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I have to determine whether the function $f:\mathbb{R}^2\to\mathbb{R}^2$ defined by $f(x,y)=(x+y,x)$ is one-to-one, onto, and if both then describe its inverse. I’m relatively new to mapping since I’ve only had Linear Algebra so I am not sure how to do this problem at all. I’ve asked others and they’ve included equations and stuff like that but didn’t tell me where they got them from. So basically I need a step by step explanation of this problem. Thanks.

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One-to-one: Let $(x_1,y_1),(x_2,y_2)\in\mathbb{R}^2$ and assume that $f(x_1,y_1)=f(x_2,y_2)$. Then

$$

(x_1+y_1,x_1)=(x_2+y_2,x_2)

$$

or in other words $(x_1+y_1)=(x_2+y_2)$ *and* $x_1=x_2$. Is this enough to deduce that also $y_1=y_2$, and hence $(x_1,y_1)=(x_2,y_2)$?

Onto: Let $(x,y)\in\mathbb{R}^2$. The goal is to find $(a,b)\in\mathbb{R}^2$ such that $f(a,b)=(x,y)$. But this is just to find $(a,b)$ such that

$$

(a+b,a)=(x,y).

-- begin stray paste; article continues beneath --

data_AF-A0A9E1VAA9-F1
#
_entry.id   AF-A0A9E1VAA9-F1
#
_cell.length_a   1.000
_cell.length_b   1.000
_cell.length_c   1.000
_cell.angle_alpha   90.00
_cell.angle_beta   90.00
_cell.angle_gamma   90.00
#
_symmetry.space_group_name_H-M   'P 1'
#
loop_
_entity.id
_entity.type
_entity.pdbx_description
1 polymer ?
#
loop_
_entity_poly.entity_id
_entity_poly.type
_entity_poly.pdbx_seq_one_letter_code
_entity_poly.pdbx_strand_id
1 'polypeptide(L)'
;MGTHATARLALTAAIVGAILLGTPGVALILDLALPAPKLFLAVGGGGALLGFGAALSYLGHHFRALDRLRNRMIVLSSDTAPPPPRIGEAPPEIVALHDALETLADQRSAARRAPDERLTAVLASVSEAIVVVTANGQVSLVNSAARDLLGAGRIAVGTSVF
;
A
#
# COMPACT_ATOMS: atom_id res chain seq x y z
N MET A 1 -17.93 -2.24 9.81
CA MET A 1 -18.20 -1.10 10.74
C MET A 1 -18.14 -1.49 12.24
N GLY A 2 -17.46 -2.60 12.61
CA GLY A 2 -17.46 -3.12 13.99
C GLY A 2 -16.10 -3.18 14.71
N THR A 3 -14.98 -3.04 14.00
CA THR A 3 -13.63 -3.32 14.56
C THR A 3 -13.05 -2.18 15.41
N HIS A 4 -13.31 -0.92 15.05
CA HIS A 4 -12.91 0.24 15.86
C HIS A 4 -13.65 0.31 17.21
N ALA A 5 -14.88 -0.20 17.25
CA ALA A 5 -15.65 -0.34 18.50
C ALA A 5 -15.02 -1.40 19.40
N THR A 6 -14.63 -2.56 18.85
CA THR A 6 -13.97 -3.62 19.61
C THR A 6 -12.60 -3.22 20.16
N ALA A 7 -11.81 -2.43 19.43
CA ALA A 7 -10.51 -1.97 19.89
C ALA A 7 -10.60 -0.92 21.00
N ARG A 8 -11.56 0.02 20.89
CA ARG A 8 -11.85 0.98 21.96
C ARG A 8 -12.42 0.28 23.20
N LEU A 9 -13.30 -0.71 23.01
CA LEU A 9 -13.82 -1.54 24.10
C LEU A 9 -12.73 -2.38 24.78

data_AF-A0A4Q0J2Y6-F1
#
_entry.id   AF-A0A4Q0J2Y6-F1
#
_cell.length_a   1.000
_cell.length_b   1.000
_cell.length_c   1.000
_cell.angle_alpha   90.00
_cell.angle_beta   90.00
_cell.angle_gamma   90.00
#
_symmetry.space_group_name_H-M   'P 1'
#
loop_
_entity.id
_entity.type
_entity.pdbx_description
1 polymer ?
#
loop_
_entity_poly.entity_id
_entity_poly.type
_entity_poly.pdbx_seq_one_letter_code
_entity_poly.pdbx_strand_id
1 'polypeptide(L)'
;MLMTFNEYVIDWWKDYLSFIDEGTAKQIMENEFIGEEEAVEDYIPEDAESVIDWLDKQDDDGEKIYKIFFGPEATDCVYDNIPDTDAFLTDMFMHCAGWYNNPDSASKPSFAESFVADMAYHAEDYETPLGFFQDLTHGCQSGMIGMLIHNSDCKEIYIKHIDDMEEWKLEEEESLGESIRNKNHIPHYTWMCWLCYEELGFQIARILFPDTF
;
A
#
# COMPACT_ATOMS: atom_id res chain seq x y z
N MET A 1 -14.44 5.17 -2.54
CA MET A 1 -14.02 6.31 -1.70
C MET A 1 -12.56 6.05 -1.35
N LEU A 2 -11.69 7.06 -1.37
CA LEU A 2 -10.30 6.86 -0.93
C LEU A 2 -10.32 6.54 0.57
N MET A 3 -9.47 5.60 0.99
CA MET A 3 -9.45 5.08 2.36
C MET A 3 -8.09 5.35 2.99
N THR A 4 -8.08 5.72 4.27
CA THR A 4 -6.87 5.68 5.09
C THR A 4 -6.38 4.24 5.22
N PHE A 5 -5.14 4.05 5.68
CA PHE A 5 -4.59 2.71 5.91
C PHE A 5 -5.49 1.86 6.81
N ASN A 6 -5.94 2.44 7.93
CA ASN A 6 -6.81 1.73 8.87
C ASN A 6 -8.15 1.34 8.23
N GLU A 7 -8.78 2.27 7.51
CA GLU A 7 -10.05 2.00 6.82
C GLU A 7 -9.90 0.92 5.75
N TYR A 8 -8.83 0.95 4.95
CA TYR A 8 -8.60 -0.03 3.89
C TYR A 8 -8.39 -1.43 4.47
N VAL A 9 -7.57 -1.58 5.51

$$

Can you find $a$ and $b$ from here?

Inverse: Let $(x,y)\in\mathbb{R}^2$ and consider the point $f(x,y)=(x+y,x)$. What do we have to do to $(x+y,x)$ in order to get back to $(x,y)$? Clearly, the second coordinate $x$ should be mapped to the first coordinate. And if we take the first coordinate $x+y$, subtract the second coordinate $y$ and map the result into the second coordinate we obtain $(x,y)$. Mathematically, this is given by

$$

f^{-1}(x,y)=(y,x-y),\quad (x,y)\in\mathbb{R}.

$$

Check: Let us check our calculations by verifying that $f^{-1}(f(x,y))=(x,y)$:

$$

f^{-1}(f(x,y))=f^{-1}(x+y,x)=(x,(x+y)-x)=(x,y),\quad (x,y)\in\mathbb{R}.

$$

Since you’ve had linear algebra, you should be able to show that the given function is linear, so it has a matrix in some bases. The standard basis would work in this case. Then you have to show that the matrix you get is non-singular. This can be done either by computing the determinant or the rank. Then you conclude that your function is invertible.

**Hint:** See the representation matrix of the linear transformation $f$.

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